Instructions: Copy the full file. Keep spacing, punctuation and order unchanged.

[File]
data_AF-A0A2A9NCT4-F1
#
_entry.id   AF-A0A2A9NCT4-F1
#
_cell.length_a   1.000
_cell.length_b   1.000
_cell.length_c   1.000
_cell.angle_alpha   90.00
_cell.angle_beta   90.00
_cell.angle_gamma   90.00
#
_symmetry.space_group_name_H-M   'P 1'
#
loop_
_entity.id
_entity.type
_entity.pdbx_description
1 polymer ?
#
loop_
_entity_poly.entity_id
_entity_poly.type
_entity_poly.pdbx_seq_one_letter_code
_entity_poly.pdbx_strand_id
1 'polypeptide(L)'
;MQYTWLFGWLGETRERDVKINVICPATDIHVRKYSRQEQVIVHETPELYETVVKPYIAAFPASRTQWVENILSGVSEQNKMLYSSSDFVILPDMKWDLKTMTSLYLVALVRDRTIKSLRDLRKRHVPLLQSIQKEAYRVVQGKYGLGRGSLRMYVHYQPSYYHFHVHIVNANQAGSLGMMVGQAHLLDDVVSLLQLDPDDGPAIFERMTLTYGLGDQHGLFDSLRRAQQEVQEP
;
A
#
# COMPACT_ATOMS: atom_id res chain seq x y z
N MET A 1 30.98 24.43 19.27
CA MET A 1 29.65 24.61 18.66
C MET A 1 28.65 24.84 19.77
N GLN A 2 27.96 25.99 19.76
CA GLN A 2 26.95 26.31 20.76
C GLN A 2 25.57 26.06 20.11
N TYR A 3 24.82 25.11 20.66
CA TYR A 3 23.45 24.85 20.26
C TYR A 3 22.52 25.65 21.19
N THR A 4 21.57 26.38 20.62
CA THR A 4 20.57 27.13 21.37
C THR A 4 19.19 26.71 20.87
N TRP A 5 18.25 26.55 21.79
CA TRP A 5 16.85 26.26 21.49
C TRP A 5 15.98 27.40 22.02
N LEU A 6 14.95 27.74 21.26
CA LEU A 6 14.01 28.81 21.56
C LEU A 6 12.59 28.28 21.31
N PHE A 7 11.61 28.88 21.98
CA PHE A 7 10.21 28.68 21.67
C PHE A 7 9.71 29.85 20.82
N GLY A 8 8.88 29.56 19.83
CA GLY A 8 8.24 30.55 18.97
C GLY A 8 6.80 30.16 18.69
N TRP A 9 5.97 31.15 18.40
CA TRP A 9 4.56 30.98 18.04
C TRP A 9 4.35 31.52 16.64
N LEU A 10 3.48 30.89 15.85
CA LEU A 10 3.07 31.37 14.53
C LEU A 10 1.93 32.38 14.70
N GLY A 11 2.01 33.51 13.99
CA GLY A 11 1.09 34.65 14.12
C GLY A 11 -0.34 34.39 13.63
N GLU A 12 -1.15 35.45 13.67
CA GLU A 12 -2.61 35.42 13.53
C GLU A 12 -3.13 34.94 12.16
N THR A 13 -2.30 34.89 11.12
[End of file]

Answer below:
data_AF-A0A2A9NCT4-F1
#
_entry.id   AF-A0A2A9NCT4-F1
#
_cell.length_a   1.000
_cell.length_b   1.000
_cell.length_c   1.000
_cell.angle_alpha   90.00
_cell.angle_beta   90.00
_cell.angle_gamma   90.00
#
_symmetry.space_group_name_H-M   'P 1'
#
loop_
_entity.id
_entity.type
_entity.pdbx_description
1 polymer ?
#
loop_
_entity_poly.entity_id
_entity_poly.type
_entity_poly.pdbx_seq_one_letter_code
_entity_poly.pdbx_strand_id
1 'polypeptide(L)'
;MQYTWLFGWLGETRERDVKINVICPATDIHVRKYSRQEQVIVHETPELYETVVKPYIAAFPASRTQWVENILSGVSEQNKMLYSSSDFVILPDMKWDLKTMTSLYLVALVRDRTIKSLRDLRKRHVPLLQSIQKEAYRVVQGKYGLGRGSLRMYVHYQPSYYHFHVHIVNANQAGSLGMMVGQAHLLDDVVSLLQLDPDDGPAIFERMTLTYGLGDQHGLFDSLRRAQQEVQEP
;
A
#
# COMPACT_ATOMS: atom_id res chain seq x y z
N MET A 1 30.98 24.43 19.27
CA MET A 1 29.65 24.61 18.66
C MET A 1 28.65 24.84 19.77
N GLN A 2 27.96 25.99 19.76
CA GLN A 2 26.95 26.31 20.76
C GLN A 2 25.57 26.06 20.11
N TYR A 3 24.82 25.11 20.66
CA TYR A 3 23.45 24.85 20.26
C TYR A 3 22.52 25.65 21.19
N THR A 4 21.57 26.38 20.62
CA THR A 4 20.57 27.13 21.37
C THR A 4 19.19 26.71 20.87
N TRP A 5 18.25 26.55 21.79
CA TRP A 5 16.85 26.26 21.49
C TRP A 5 15.98 27.40 22.02
N LEU A 6 14.95 27.74 21.26
CA LEU A 6 14.01 28.81 21.56
C LEU A 6 12.59 28.28 21.31
N PHE A 7 11.61 28.88 21.98
CA PHE A 7 10.21 28.68 21.67
C PHE A 7 9.71 29.85 20.82
N GLY A 8 8.88 29.56 19.83
CA GLY A 8 8.24 30.55 18.97
C GLY A 8 6.80 30.16 18.69
N TRP A 9 5.97 31.15 18.40
CA TRP A 9 4.56 30.98 18.04
C TRP A 9 4.35 31.52 16.64
N LEU A 10 3.48 30.89 15.85
CA LEU A 10 3.07 31.37 14.53
C LEU A 10 1.93 32.38 14.70
N GLY A 11 2.01 33.51 13.99
CA GLY A 11 1.09 34.65 14.12
C GLY A 11 -0.34 34.39 13.63
N GLU A 12 -1.15 35.45 13.67
CA GLU A 12 -2.61 35.42 13.53
C GLU A 12 -3.13 34.94 12.16
N THR A 13 -2.30 34.89 11.12